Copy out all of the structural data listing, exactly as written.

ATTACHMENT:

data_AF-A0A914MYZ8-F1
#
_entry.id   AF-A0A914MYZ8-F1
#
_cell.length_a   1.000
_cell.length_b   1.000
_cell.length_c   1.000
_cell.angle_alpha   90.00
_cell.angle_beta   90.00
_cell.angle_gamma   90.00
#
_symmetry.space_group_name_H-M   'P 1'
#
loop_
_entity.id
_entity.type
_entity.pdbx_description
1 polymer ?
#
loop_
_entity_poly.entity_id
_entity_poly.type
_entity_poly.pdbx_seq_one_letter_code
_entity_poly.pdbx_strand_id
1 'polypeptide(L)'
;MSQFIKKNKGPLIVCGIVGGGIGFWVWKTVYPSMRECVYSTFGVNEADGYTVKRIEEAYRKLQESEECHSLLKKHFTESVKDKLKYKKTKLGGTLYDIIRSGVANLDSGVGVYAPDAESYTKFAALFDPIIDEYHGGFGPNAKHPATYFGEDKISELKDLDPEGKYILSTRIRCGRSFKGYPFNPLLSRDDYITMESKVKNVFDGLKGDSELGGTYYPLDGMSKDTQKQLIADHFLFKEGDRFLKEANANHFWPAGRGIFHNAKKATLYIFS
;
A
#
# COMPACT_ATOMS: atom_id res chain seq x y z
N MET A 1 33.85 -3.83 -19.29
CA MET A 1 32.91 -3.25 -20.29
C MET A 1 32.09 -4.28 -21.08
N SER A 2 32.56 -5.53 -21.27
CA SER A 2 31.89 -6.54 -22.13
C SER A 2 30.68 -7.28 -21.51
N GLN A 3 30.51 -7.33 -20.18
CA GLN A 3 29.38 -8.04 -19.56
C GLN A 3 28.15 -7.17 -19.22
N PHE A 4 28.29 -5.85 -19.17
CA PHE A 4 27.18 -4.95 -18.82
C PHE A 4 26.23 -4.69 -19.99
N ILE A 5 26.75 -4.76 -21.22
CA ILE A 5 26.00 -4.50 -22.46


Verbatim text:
data_AF-A0A914MYZ8-F1
#
_entry.id   AF-A0A914MYZ8-F1
#
_cell.length_a   1.000
_cell.length_b   1.000
_cell.length_c   1.000
_cell.angle_alpha   90.00
_cell.angle_beta   90.00
_cell.angle_gamma   90.00
#
_symmetry.space_group_name_H-M   'P 1'
#
loop_
_entity.id
_entity.type
_entity.pdbx_description
1 polymer ?
#
loop_
_entity_poly.entity_id
_entity_poly.type
_entity_poly.pdbx_seq_one_letter_code
_entity_poly.pdbx_strand_id
1 'polypeptide(L)'
;MSQFIKKNKGPLIVCGIVGGGIGFWVWKTVYPSMRECVYSTFGVNEADGYTVKRIEEAYRKLQESEECHSLLKKHFTESVKDKLKYKKTKLGGTLYDIIRSGVANLDSGVGVYAPDAESYTKFAALFDPIIDEYHGGFGPNAKHPATYFGEDKISELKDLDPEGKYILSTRIRCGRSFKGYPFNPLLSRDDYITMESKVKNVFDGLKGDSELGGTYYPLDGMSKDTQKQLIADHFLFKEGDRFLKEANANHFWPAGRGIFHNAKKATLYIFS
;
A
#
# COMPACT_ATOMS: atom_id res chain seq x y z
N MET A 1 33.85 -3.83 -19.29
CA MET A 1 32.91 -3.25 -20.29
C MET A 1 32.09 -4.28 -21.08
N SER A 2 32.56 -5.53 -21.27
CA SER A 2 31.89 -6.54 -22.13
C SER A 2 30.68 -7.28 -21.51
N GLN A 3 30.51 -7.33 -20.18
CA GLN A 3 29.38 -8.04 -19.56
C GLN A 3 28.15 -7.17 -19.22
N PHE A 4 28.29 -5.85 -19.17
CA PHE A 4 27.18 -4.95 -18.82
C PHE A 4 26.23 -4.69 -19.99
N ILE A 5 26.75 -4.76 -21.22
CA ILE A 5 26.00 -4.50 -22.46